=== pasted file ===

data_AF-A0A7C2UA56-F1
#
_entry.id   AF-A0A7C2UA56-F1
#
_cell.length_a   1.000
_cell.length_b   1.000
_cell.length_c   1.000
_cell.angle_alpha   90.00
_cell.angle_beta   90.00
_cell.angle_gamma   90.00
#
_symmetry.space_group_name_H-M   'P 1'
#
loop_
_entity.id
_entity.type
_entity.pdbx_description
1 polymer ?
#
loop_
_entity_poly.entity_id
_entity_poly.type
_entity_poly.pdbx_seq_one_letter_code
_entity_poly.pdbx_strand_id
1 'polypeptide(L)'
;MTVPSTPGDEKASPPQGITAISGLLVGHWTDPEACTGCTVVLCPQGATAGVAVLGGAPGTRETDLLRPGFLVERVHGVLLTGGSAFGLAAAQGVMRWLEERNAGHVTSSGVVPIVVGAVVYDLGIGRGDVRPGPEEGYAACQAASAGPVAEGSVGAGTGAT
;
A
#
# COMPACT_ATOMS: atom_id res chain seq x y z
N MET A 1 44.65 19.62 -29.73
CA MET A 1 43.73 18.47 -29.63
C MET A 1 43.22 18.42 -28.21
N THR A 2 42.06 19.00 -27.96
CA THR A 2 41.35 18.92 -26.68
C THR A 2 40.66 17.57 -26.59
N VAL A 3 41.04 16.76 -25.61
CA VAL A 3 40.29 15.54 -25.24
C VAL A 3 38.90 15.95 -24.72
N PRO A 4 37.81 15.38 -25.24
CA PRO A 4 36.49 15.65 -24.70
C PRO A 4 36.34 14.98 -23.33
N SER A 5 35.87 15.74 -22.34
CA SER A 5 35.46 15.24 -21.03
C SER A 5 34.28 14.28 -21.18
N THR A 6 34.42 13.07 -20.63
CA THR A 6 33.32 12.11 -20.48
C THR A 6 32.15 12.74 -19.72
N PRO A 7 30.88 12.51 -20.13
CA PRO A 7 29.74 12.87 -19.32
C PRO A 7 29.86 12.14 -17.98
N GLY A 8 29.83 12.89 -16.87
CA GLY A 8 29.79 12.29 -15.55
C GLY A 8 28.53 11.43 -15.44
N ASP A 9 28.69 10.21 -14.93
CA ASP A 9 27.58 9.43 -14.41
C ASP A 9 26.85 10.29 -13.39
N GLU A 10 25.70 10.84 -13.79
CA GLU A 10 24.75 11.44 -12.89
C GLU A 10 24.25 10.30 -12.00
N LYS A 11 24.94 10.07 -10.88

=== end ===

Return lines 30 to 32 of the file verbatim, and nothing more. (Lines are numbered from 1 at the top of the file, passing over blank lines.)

# COMPACT_ATOMS: atom_id res chain seq x y z
N MET A 1 44.65 19.62 -29.73
CA MET A 1 43.73 18.47 -29.63